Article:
• Monday, May 27, 2024
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BusinessDay

FBN Holdings plans $500m Eurobond sale

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FBN Holdings Plc, owner of First Bank Nigeria, plans to raise $500 million by selling a Eurobond this year after abandoning a similar offering in 2012, reports Bloomberg.

The money “is needed to finance investments in loans and infrastructure,” chief executive officer, Bello Maccido, said on Tuesday by telephone from Lagos. “The bank intends to expand its investment banking and commercial business as well as insurance.”

First Bank suspended plans to issue the bond last year because of market conditions, Maccido said. “We believe conditions will be favourable this year,” he said.

The lender is joining other Nigerian banks seeking to raise dollars to finance oil, power and infrastructure projects in the country. Nigerian banks are returning to profit after the industry came near to collapse in a debt crisis in 2008 and 2009, with many boosting capital levels. Fidelity Bank Plc sold a $300 million five-year bond May 2. Diamond Bank Plc plans to offer as much as $750 million this year, while Skye Bank Plc wants to raise $150 million.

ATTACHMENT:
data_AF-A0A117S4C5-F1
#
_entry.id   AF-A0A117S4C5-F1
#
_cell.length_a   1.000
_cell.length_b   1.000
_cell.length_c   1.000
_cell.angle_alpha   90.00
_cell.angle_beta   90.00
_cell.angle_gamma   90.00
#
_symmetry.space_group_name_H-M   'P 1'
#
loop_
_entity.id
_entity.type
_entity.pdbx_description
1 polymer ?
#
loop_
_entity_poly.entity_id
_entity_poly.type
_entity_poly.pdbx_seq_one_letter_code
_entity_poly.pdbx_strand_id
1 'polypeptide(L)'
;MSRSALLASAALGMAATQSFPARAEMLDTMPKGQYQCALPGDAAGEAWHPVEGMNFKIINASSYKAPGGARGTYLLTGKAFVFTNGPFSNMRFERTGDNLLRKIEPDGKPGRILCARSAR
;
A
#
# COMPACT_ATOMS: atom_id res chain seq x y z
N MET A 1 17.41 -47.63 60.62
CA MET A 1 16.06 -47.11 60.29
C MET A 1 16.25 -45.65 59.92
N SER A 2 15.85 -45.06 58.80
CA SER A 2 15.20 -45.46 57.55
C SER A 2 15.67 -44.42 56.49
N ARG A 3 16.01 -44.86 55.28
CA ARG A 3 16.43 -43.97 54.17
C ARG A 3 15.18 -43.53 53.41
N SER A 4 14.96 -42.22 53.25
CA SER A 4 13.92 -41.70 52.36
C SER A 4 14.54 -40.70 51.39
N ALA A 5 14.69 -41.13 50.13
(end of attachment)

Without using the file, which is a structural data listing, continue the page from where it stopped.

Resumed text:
First Bank, which has offices in six countries outside Nigeria, does not plan to enter new foreign markets this year, Maccido said. The lender is focusing on Nigeria for growth, with 17 branches opened in the first quarter, bringing its branch network in the country to 807, he said.

The stock rose 0.5 percent to N19.71 at the close of Lagos trading on Tuesday. FBN Holdings has gained 25 percent this year, beating the 19 percent increase in the Nigerian SE Banking Index, which tracks Nigeria’s 10 biggest banks.

Nigerian banks are following African governments outside of South Africa that plan to sell $7 billion of sovereign debt sales this year, more than in the past five years combined, as yields more than double those of Treasuries lure investors repelled in the past by violence and corruption.

The Federal Government is selling majority stakes in power plants and letting private investors acquire as much as 60 percent in six transmission and 11 power distribution companies spun out of the former Power Holding Company of Nigeria (PHCN).

Banks have also increased lending to the oil industry as smaller producers expanded drilling to boost output. Companies including London-based Heritage Oil Plc and Lagos-based Neconde Energy Ltd. bought stakes in fields owned by Royal Dutch Shell Plc, Eni SpA and Total SA.